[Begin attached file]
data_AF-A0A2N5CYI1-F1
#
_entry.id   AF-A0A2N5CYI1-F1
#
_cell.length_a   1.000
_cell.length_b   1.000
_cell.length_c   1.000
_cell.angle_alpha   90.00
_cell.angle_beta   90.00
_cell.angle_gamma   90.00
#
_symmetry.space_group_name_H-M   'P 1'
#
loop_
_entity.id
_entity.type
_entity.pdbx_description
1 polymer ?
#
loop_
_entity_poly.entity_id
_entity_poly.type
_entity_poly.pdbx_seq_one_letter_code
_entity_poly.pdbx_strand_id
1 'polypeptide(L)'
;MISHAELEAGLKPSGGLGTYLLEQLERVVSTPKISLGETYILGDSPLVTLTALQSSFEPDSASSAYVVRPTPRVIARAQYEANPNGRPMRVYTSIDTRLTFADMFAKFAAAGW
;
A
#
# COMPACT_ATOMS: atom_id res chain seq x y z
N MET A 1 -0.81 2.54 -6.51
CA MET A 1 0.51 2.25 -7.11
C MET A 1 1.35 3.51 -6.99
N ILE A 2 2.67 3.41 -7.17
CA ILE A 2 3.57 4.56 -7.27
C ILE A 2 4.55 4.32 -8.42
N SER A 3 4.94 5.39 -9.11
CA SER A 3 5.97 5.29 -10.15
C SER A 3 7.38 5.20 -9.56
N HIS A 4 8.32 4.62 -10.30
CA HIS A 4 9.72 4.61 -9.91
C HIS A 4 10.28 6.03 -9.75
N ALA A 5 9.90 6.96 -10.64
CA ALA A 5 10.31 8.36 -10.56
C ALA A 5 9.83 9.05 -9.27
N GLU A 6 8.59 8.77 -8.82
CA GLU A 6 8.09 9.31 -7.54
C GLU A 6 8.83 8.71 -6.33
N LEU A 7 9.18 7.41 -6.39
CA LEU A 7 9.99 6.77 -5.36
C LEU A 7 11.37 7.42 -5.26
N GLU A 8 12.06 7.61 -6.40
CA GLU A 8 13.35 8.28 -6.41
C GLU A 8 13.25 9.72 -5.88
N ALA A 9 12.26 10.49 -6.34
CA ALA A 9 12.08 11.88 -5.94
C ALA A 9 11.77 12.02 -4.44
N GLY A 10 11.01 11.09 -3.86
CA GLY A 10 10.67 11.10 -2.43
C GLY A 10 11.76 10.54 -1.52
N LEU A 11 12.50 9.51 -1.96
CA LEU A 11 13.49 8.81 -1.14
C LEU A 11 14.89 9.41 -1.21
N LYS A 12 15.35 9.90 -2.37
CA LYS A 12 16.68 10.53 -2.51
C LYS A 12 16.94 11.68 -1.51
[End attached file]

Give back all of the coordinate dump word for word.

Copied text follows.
data_AF-A0A2N5CYI1-F1
#
_entry.id   AF-A0A2N5CYI1-F1
#
_cell.length_a   1.000
_cell.length_b   1.000
_cell.length_c   1.000
_cell.angle_alpha   90.00
_cell.angle_beta   90.00
_cell.angle_gamma   90.00
#
_symmetry.space_group_name_H-M   'P 1'
#
loop_
_entity.id
_entity.type
_entity.pdbx_description
1 polymer ?
#
loop_
_entity_poly.entity_id
_entity_poly.type
_entity_poly.pdbx_seq_one_letter_code
_entity_poly.pdbx_strand_id
1 'polypeptide(L)'
;MISHAELEAGLKPSGGLGTYLLEQLERVVSTPKISLGETYILGDSPLVTLTALQSSFEPDSASSAYVVRPTPRVIARAQYEANPNGRPMRVYTSIDTRLTFADMFAKFAAAGW
;
A
#
# COMPACT_ATOMS: atom_id res chain seq x y z
N MET A 1 -0.81 2.54 -6.51
CA MET A 1 0.51 2.25 -7.11
C MET A 1 1.35 3.51 -6.99
N ILE A 2 2.67 3.41 -7.17
CA ILE A 2 3.57 4.56 -7.27
C ILE A 2 4.55 4.32 -8.42
N SER A 3 4.94 5.39 -9.11
CA SER A 3 5.97 5.29 -10.15
C SER A 3 7.38 5.20 -9.56
N HIS A 4 8.32 4.62 -10.30
CA HIS A 4 9.72 4.61 -9.91
C HIS A 4 10.28 6.03 -9.75
N ALA A 5 9.90 6.96 -10.64
CA ALA A 5 10.31 8.36 -10.56
C ALA A 5 9.83 9.05 -9.27
N GLU A 6 8.59 8.77 -8.82
CA GLU A 6 8.09 9.31 -7.54
C GLU A 6 8.83 8.71 -6.33
N LEU A 7 9.18 7.41 -6.39
CA LEU A 7 9.99 6.77 -5.36
C LEU A 7 11.37 7.42 -5.26
N GLU A 8 12.06 7.61 -6.40
CA GLU A 8 13.35 8.28 -6.41
C GLU A 8 13.25 9.72 -5.88
N ALA A 9 12.26 10.49 -6.34
CA ALA A 9 12.08 11.88 -5.94
C ALA A 9 11.77 12.02 -4.44
N GLY A 10 11.01 11.09 -3.86
CA GLY A 10 10.67 11.10 -2.43
C GLY A 10 11.76 10.54 -1.52
N LEU A 11 12.50 9.51 -1.96
CA LEU A 11 13.49 8.81 -1.14
C LEU A 11 14.89 9.41 -1.21
N LYS A 12 15.35 9.90 -2.37
CA LYS A 12 16.68 10.53 -2.51
C LYS A 12 16.94 11.68 -1.51